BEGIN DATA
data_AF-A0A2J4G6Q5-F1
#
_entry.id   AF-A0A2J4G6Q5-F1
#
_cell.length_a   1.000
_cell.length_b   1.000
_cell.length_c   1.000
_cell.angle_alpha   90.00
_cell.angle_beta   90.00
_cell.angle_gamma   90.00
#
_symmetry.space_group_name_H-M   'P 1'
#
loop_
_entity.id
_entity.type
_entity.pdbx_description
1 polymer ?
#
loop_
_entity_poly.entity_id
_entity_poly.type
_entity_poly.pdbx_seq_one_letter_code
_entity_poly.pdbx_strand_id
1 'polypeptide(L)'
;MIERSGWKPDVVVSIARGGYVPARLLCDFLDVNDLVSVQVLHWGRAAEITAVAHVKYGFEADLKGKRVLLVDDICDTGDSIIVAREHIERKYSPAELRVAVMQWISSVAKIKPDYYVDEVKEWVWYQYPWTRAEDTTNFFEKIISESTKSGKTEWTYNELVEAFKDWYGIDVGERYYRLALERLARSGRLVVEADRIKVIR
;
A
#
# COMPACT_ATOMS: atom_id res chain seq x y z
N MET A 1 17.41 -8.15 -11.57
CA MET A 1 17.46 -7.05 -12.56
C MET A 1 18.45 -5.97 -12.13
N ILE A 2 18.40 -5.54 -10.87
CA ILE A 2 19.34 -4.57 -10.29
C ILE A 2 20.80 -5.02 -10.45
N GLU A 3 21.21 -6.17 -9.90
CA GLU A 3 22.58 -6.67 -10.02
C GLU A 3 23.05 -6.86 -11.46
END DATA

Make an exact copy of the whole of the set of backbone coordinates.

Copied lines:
data_AF-A0A2J4G6Q5-F1
#
_entry.id   AF-A0A2J4G6Q5-F1
#
_cell.length_a   1.000
_cell.length_b   1.000
_cell.length_c   1.000
_cell.angle_alpha   90.00
_cell.angle_beta   90.00
_cell.angle_gamma   90.00
#
_symmetry.space_group_name_H-M   'P 1'
#
loop_
_entity.id
_entity.type
_entity.pdbx_description
1 polymer ?
#
loop_
_entity_poly.entity_id
_entity_poly.type
_entity_poly.pdbx_seq_one_letter_code
_entity_poly.pdbx_strand_id
1 'polypeptide(L)'
;MIERSGWKPDVVVSIARGGYVPARLLCDFLDVNDLVSVQVLHWGRAAEITAVAHVKYGFEADLKGKRVLLVDDICDTGDSIIVAREHIERKYSPAELRVAVMQWISSVAKIKPDYYVDEVKEWVWYQYPWTRAEDTTNFFEKIISESTKSGKTEWTYNELVEAFKDWYGIDVGERYYRLALERLARSGRLVVEADRIKVIR
;
A
#
# COMPACT_ATOMS: atom_id res chain seq x y z
N MET A 1 17.41 -8.15 -11.57
CA MET A 1 17.46 -7.05 -12.56
C MET A 1 18.45 -5.97 -12.13
N ILE A 2 18.40 -5.54 -10.87
CA ILE A 2 19.34 -4.57 -10.29
C ILE A 2 20.80 -5.02 -10.45
N GLU A 3 21.21 -6.17 -9.90
CA GLU A 3 22.58 -6.67 -10.02
C GLU A 3 23.05 -6.86 -11.46